It’s easy to get into debt/hard to get out.
It’s easy to gain weight/not so easy to shed the pounds.
It’s easy to make a technician career look attractive/hard to make that image a reality.
Dissention in the auto industry is wide-spread and actions by employers continue to raise the high watermark on why techs hate their jobs, causing the technician blog boards and social media groups to light up like a summer lightning storm. You can’t imagine how vile the forum messages from techs can be about dealers.
Below are some common, unedited comments posted on Indeed.com on one of their forums (by the way, why would any employer post their technician job on this board when techs can see these right by their job ads?).
Forums > Job > Automotive Technician
– Please, anyone considering this field, learn from what I have to say. This field is a black hole. The money isn’t there, the (training school) commercials are a lie to get you in the door so they can profit from your student loans.
– I flagged 13.7 hours last week…22.7 this week. I was there for 50 hours both weeks. I am drowning in student loan debt and tool debt. Customers are stupid blockheads who just look for the cheapest oil change deal that week and never do any needed maintenance. This industry is broken, you will be broken, this isn’t fun like your hobby car, this is hard work, low pay and bull crap pay systems to make your pay even lower.
– I don’t care how much you know or how much you love working on cars, you will be starved out at the beginning stages unless you live at home with Mom and Dad, no wife, no kids and they feed you.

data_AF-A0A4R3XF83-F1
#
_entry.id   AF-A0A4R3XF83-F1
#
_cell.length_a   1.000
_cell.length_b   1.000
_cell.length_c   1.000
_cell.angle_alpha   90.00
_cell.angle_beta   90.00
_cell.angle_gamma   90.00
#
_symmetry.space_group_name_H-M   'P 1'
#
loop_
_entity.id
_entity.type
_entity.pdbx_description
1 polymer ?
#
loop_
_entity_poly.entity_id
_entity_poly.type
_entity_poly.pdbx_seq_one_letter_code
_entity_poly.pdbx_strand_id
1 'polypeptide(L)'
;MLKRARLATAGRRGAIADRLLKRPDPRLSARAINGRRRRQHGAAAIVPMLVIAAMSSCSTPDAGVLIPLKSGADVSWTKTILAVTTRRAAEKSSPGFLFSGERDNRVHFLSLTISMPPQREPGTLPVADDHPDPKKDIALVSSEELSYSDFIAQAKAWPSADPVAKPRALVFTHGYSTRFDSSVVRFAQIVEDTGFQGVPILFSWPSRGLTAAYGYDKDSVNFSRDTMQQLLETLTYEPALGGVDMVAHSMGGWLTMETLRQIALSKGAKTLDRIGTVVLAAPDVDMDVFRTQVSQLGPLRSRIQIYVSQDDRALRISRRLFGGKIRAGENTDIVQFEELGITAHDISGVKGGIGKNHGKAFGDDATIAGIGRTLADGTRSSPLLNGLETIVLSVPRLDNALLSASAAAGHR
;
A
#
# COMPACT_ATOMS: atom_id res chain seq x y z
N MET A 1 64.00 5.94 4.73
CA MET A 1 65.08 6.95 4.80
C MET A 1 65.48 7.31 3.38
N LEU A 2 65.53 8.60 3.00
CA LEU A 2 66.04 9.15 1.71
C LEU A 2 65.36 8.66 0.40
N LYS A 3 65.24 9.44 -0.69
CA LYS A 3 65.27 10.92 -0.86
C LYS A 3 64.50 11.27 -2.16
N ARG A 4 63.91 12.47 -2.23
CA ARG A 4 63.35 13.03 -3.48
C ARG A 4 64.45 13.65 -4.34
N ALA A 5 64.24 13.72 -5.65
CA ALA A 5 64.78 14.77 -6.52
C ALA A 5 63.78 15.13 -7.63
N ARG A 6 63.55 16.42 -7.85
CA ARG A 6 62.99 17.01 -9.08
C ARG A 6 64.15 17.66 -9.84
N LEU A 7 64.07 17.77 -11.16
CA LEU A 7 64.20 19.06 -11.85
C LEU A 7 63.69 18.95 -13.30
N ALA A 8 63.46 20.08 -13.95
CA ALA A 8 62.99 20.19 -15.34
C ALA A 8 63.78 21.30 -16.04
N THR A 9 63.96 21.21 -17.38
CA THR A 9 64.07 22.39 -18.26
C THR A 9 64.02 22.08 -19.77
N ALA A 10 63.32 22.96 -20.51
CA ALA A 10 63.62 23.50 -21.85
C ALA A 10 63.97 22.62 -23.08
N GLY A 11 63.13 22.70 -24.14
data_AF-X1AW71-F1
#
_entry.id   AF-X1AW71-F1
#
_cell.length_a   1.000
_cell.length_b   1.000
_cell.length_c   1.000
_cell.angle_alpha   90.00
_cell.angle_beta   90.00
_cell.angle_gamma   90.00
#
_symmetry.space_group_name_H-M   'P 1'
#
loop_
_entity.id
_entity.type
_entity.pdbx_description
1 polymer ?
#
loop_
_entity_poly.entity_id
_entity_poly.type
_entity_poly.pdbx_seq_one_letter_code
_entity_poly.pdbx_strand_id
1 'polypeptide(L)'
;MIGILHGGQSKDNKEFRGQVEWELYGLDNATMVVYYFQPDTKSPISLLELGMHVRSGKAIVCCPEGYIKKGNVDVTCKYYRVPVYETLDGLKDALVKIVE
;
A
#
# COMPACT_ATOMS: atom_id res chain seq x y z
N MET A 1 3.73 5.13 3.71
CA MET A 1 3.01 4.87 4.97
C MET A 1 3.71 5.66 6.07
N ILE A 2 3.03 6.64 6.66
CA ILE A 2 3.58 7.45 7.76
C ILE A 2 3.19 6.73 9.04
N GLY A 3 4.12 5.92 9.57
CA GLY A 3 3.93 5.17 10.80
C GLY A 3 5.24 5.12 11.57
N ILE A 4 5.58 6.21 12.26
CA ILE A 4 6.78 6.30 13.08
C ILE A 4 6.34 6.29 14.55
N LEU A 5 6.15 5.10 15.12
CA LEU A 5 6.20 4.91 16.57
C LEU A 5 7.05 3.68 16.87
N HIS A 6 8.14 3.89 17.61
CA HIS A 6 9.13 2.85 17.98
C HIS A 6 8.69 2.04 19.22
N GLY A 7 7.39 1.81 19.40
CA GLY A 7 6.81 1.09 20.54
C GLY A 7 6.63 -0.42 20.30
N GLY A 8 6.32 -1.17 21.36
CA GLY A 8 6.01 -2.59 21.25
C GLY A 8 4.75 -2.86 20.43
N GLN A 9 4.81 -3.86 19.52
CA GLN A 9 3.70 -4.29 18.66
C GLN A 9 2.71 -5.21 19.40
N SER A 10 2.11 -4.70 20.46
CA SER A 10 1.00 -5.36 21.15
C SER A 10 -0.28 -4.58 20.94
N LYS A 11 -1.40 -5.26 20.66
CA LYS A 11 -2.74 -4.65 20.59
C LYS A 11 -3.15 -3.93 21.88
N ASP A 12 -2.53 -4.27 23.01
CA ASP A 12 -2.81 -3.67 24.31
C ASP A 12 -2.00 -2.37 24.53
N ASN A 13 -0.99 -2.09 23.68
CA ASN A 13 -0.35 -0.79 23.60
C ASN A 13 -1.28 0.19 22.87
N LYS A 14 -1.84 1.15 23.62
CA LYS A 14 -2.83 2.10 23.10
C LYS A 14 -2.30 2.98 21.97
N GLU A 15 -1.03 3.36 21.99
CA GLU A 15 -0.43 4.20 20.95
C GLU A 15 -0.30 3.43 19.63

– Don’t learn the hard way like me. I doubt I can afford rent this month.
– Couldn’t agree more, been doing for 12 years and the only thing I have to show for it is a busted back, bad knees and a severed tendon in my hand. Flat rate is a total joke and should be illegal. I thank God every day that I will never have to turn wrenches for a living again!
– I have been turning wrenches since the early 80s and couldn`t agree more. It was a good living in the beginning but as the years have gone by, it has steadily gotten worse. I wish I could get into something else that has a more steady income (this roller coaster called a paycheck sucks!).
Joe, that’s hogwash, techs make BIG bucks!
Have you ever turned wrenches for a living? I have. I put myself through college working on everything from race cars to diesel trucks and heavy equipment. I am still a weekend warrior tech at age 66, working on cars and trucks for a friend’s hot rod shop. I can attest with scars on my arms and hands, it is hard work. (By the way, as much experience as I have, at age 40 I could no longer even come close to flat rate, never mind today.)
On top of my tech background, I have a history of being one of highest producing dealership service advisors. That earned (or cursed) me with all sorts of fixed ops manager dealership positions through the years.
In my many years of dealership experience, I have had to: break up technician fist fights; was nearly run over in the service drive on purpose by a tech’s girlfriend who was mad at me because I back flagged her boyfriend; had a tech lure me out to the parking lot, pulled his 44 magnum out his vehicle and warned me not to screw with his pay; and finished fixing cars after hours because a tech screwed up the repair. You get the idea.
So when I read articles by self-proclaimed “experts” who say most good techs make a great living and have the potential to make $100k+ like it is common, I want to puke.
Can they make that much? Yes, but indulge me. You must understand the perfect storm that has to happen in order for this vision to become reality.
The tech MUST: